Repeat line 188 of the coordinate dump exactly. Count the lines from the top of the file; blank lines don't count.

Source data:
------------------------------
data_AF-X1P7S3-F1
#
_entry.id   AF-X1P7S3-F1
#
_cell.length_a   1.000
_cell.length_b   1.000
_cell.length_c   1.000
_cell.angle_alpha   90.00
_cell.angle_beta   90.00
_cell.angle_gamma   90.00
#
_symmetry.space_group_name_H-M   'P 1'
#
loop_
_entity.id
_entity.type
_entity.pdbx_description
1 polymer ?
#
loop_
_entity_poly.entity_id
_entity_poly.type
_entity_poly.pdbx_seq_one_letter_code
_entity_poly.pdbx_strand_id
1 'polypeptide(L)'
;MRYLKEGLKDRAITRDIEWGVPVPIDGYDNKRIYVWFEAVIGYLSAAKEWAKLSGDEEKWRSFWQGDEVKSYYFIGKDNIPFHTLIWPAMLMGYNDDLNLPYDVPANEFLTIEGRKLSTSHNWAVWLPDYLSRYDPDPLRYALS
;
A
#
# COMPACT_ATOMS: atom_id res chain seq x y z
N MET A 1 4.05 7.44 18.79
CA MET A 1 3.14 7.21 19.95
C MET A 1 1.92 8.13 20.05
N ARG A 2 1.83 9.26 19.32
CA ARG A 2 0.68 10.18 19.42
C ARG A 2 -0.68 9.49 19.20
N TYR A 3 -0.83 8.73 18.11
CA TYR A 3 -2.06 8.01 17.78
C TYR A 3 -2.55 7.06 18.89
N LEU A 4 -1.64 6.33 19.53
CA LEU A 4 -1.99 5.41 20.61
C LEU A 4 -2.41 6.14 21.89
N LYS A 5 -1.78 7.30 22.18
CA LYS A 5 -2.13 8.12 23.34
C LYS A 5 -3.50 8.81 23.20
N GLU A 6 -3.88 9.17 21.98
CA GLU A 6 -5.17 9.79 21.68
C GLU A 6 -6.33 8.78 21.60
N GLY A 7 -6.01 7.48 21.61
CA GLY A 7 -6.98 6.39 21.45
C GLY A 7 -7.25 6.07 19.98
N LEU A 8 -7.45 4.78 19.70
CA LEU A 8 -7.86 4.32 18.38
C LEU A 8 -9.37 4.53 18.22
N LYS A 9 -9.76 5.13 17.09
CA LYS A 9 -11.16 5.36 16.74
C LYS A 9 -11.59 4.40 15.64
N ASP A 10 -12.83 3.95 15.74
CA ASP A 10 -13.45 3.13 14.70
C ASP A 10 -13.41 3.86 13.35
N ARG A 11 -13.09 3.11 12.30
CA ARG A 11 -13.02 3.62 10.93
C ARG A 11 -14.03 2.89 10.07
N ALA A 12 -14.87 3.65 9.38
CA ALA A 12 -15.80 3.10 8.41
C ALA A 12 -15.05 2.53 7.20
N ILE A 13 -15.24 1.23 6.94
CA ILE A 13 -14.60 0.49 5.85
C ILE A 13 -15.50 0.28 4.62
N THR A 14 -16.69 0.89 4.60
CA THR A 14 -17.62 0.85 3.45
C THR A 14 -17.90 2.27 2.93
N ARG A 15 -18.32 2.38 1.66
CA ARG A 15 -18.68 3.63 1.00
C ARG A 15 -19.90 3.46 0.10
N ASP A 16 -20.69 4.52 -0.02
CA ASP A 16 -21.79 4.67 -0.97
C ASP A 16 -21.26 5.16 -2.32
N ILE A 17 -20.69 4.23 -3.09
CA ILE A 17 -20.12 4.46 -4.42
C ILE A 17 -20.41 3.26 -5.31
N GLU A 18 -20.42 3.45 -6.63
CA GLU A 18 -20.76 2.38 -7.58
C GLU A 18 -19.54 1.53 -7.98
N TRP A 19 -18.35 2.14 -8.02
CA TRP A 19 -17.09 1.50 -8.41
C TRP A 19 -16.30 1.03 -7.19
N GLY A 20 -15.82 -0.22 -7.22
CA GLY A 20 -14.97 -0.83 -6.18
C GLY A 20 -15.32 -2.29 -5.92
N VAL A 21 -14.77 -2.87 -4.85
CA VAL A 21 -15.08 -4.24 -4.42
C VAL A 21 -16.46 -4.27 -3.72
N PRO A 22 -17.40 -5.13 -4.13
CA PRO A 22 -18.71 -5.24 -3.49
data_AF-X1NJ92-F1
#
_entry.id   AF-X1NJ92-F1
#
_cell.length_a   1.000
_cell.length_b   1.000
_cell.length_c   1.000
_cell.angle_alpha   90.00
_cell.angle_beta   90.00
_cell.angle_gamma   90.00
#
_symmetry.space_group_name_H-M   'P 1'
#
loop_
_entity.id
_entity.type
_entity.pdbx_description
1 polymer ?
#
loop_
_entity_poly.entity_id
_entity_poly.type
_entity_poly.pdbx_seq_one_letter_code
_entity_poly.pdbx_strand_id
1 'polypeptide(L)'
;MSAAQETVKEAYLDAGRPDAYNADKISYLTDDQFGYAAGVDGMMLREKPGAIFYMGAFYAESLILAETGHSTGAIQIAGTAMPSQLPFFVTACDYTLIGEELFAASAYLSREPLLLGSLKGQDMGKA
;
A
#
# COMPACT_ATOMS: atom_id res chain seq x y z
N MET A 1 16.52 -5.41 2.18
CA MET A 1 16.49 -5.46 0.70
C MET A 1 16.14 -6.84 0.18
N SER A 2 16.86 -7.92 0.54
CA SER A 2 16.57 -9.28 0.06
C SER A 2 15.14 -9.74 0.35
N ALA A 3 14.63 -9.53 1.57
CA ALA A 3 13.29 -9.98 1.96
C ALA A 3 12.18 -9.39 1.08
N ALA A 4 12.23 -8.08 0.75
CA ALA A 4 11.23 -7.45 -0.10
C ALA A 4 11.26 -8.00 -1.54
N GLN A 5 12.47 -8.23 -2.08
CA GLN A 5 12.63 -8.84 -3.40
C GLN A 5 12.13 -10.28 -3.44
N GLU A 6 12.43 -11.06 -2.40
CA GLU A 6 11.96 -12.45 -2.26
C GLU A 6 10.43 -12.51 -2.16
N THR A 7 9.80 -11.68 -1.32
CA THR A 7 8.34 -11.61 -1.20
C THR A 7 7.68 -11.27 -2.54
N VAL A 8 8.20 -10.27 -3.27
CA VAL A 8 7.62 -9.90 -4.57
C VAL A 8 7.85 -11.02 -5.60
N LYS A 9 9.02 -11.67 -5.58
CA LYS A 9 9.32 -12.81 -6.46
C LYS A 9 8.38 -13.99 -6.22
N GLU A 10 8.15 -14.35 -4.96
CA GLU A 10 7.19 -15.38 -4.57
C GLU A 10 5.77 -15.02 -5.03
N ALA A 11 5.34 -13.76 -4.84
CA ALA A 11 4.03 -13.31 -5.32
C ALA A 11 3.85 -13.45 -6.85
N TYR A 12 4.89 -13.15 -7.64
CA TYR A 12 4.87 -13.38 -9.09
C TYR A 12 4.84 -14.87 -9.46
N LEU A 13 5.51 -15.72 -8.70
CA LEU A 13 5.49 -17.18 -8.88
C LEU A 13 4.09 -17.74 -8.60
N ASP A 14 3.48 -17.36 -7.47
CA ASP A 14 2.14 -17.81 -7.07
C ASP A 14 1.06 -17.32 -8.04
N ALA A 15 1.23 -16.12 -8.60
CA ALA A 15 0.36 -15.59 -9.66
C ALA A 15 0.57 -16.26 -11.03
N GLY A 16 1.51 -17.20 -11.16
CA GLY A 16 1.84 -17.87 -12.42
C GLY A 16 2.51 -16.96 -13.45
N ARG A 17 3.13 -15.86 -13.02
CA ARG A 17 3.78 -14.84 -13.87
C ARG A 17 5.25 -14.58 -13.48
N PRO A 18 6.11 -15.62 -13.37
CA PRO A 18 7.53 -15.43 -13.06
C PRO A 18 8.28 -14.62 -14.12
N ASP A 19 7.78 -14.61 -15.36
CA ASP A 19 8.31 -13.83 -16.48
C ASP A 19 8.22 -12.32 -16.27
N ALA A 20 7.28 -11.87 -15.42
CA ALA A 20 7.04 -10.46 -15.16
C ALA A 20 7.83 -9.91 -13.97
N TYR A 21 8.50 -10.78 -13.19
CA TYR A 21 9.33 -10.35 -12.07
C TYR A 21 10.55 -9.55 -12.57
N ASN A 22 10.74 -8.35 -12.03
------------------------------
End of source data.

C TYR A 21 10.55 -9.55 -12.57